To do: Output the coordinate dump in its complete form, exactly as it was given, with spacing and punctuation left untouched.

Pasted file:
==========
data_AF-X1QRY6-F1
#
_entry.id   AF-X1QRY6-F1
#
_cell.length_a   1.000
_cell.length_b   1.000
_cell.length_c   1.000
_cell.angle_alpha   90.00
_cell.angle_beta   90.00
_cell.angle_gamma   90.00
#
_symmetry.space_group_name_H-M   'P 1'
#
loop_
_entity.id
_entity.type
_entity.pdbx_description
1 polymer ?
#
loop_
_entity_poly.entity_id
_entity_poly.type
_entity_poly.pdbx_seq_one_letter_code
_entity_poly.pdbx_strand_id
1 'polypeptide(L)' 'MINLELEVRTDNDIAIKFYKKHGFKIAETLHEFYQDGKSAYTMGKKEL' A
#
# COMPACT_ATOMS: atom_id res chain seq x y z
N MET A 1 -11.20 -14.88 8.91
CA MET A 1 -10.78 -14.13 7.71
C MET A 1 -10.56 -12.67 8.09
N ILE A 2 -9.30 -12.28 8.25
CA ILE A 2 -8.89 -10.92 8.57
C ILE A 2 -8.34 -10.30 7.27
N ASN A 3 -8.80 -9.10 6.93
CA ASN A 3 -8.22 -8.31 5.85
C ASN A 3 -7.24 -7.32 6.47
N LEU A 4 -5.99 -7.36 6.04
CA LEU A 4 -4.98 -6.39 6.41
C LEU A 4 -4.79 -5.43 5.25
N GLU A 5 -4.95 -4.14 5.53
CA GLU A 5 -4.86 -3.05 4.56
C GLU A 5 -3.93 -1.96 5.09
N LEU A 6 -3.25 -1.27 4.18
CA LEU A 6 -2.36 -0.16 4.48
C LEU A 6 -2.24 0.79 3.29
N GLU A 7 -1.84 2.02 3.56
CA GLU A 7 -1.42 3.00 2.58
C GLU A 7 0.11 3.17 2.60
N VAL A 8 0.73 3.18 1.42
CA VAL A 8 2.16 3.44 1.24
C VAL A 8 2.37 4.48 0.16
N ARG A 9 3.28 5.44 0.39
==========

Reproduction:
data_AF-X1QRY6-F1
#
_entry.id   AF-X1QRY6-F1
#
_cell.length_a   1.000
_cell.length_b   1.000
_cell.length_c   1.000
_cell.angle_alpha   90.00
_cell.angle_beta   90.00
_cell.angle_gamma   90.00
#
_symmetry.space_group_name_H-M   'P 1'
#
loop_
_entity.id
_entity.type
_entity.pdbx_description
1 polymer ?
#
loop_
_entity_poly.entity_id
_entity_poly.type
_entity_poly.pdbx_seq_one_letter_code
_entity_poly.pdbx_strand_id
1 'polypeptide(L)' 'MINLELEVRTDNDIAIKFYKKHGFKIAETLHEFYQDGKSAYTMGKKEL' A
#
# COMPACT_ATOMS: atom_id res chain seq x y z
N MET A 1 -11.20 -14.88 8.91
CA MET A 1 -10.78 -14.13 7.71
C MET A 1 -10.56 -12.67 8.09
N ILE A 2 -9.30 -12.28 8.25
CA ILE A 2 -8.89 -10.92 8.57
C ILE A 2 -8.34 -10.30 7.27
N ASN A 3 -8.80 -9.10 6.93
CA ASN A 3 -8.22 -8.31 5.85
C ASN A 3 -7.24 -7.32 6.47
N LEU A 4 -5.99 -7.36 6.04
CA LEU A 4 -4.98 -6.39 6.41
C LEU A 4 -4.79 -5.43 5.25
N GLU A 5 -4.95 -4.14 5.53
CA GLU A 5 -4.86 -3.05 4.56
C GLU A 5 -3.93 -1.96 5.09
N LEU A 6 -3.25 -1.27 4.18
CA LEU A 6 -2.36 -0.16 4.48
C LEU A 6 -2.24 0.79 3.29
N GLU A 7 -1.84 2.02 3.56
CA GLU A 7 -1.42 3.00 2.58
C GLU A 7 0.11 3.17 2.60
N VAL A 8 0.73 3.18 1.42
CA VAL A 8 2.16 3.44 1.24
C VAL A 8 2.37 4.48 0.16
N ARG A 9 3.28 5.44 0.39